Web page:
Bain works his land organically and bio-dynamically and plows most of it with a horse. This has been particularly useful for his two first summers, which were quite wet: it is difficult, sometimes dangerous and always detrimental to the soil to use tractors on soaked earth. His goals are to grow his crop cleanly, make real and healthy wines, and also create a circle of all people involved in his efforts, vine-workers, suppliers and buyers.
The 2007 crop was vinified in a garage, and now Bain has built a functional and spacious facility to work comfortably and to his specifications. There is no oenological additives in the cellar, except for SO2, which is used sparingly in order to block the malolactic fermentation and before bottling. In 2007, Bain made two cuvées: the biggest portion was vinified partly in neutral vats and partly in older oak barrels; the second, much smaller cuvée, all in barrels, will be aged until spring 2009 and called Mademoiselle M (in honor of his daughter, Madeleine, born in 2007.)
New Cider Producer -- Domaine de Fortmanel, St-Georges-en-Auge, Normandy
Louis/Dressner is proud to announce we now have a cider producer!
Julien Frémont works in a breathtakingly beautiful farm in the Pays d’Auge, Calvados. This is Camembert and Livarot country, and of course cider and Calvados, a place where cows and apple trees have defined the landscape for more time than can be remembered. It is green, lush, softly hilly, the soil rich clay with silex, and the climate humid and mild.
Frémont says that he would gladly do without his cows, about 80 when you count the youngsters born each year, and just deal with apple trees and apples, and the cider and Calvados he makes from them. But he knows that cows and trees take care of each another, that his trees would not grow and age the way they do, or his apples taste the same, without the cows.
The farm has 45HA of grazing fields, 12HA of which are planted with apple trees. The cows mow the grass, prune the trees in summer and eat the fallen apples, until it’s time for the harvest from late September until November. The apples are picked by hand in large baskets, then put into 50KG bags. The trees are a mix of old local varieties of acidic, late ripening apples.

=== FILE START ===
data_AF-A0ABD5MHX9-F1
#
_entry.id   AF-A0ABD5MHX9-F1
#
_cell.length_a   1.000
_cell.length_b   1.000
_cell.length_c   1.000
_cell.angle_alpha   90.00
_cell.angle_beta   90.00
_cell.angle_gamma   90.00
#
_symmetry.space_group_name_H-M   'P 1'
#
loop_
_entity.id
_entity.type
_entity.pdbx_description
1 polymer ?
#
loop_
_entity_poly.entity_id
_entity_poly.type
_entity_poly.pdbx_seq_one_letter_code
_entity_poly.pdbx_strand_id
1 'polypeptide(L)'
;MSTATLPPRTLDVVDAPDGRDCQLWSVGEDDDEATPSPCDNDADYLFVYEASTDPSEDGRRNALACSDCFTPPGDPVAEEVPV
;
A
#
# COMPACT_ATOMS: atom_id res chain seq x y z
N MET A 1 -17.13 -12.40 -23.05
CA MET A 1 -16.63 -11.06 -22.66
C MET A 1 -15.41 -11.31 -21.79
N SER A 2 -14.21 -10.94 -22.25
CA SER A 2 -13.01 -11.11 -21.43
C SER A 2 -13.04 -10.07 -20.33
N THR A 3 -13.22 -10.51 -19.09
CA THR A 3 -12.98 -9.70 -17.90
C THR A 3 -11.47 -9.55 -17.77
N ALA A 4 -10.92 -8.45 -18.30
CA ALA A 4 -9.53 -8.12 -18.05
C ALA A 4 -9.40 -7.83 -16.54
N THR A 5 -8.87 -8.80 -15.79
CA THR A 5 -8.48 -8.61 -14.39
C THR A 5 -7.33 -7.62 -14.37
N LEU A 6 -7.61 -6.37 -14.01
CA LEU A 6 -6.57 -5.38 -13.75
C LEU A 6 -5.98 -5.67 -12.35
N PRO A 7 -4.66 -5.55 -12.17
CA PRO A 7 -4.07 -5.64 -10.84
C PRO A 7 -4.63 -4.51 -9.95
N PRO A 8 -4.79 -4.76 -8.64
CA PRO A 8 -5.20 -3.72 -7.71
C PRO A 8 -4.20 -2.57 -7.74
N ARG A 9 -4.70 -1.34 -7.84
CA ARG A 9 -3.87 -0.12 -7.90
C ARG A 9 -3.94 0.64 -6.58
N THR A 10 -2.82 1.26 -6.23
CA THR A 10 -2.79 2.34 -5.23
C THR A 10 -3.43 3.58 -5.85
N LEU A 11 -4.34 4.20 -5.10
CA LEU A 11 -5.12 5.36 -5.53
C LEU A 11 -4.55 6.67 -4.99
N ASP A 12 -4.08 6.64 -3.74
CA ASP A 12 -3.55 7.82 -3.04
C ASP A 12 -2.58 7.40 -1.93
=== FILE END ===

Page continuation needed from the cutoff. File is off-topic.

The apples are washed and sorted, then pressed in the press Frémont ancestors built in 1765. Some juice is is immediately bottled for apple juice, and the must for cider is put in large vats where fermentation starts. It is essential for fermentation to go slowly, mainly thanks to natural early winter cold, and racking. When the alcohol reaches about 4.5%, the must is bottled so that the secondary fermentation, creating the fizz, can start. This bottling is called Brut par nature.
A selection of apples comes from a particular orchard of old trees. Those are kept in the well-ventilated attic for several months, and passerillage occurs, where the apples dry out and the sugar levels concentrate. When these are pressed and fermented, they make a special bottling called Greniers (attics.)
Frémont also makes excellent Calvados that he distills himself and ages in casks for up to 7 years. We don't have license to import the Calvados.
Guest Blogged by Denyse Louis
Only 19 Days Left to the Louis/Dressner National Portfolio Tasting!
My daughter called me recently and wanted to know if we are hurting from the economic downturn.
I'm happy to report that the wine and alcohol industry is recession/depression resistant, if not invincible.
According to Warren Buffet, who appeared on Charlie Rose last night:
Historically, sin stocks have been considered to be recession proof, less prone to the cyclical downturns of the economy. Gambling, tobacco and alcohol are all habit-forming activities, thus there is an ever-ready pool of customers ready to purchase such goods and services, regardless of the economic conditions.
Mr. Buffet went on to say:
Alcohol is another outlet for troubled times, so distributors and manufacturers in this industry will continue to thrive. In times of financial distress it is the poorer consumer - the one often categorized as having a drinking problem - that will give up the sauce completely. The wealthy are the only ones who can afford to keep drinking, and it is their excess in times of despair that picks up the slack in the industry's profits.
The wealthy might trade down from big name wines to Touraine wines declassified as Vin de Table, but they keep their habits going.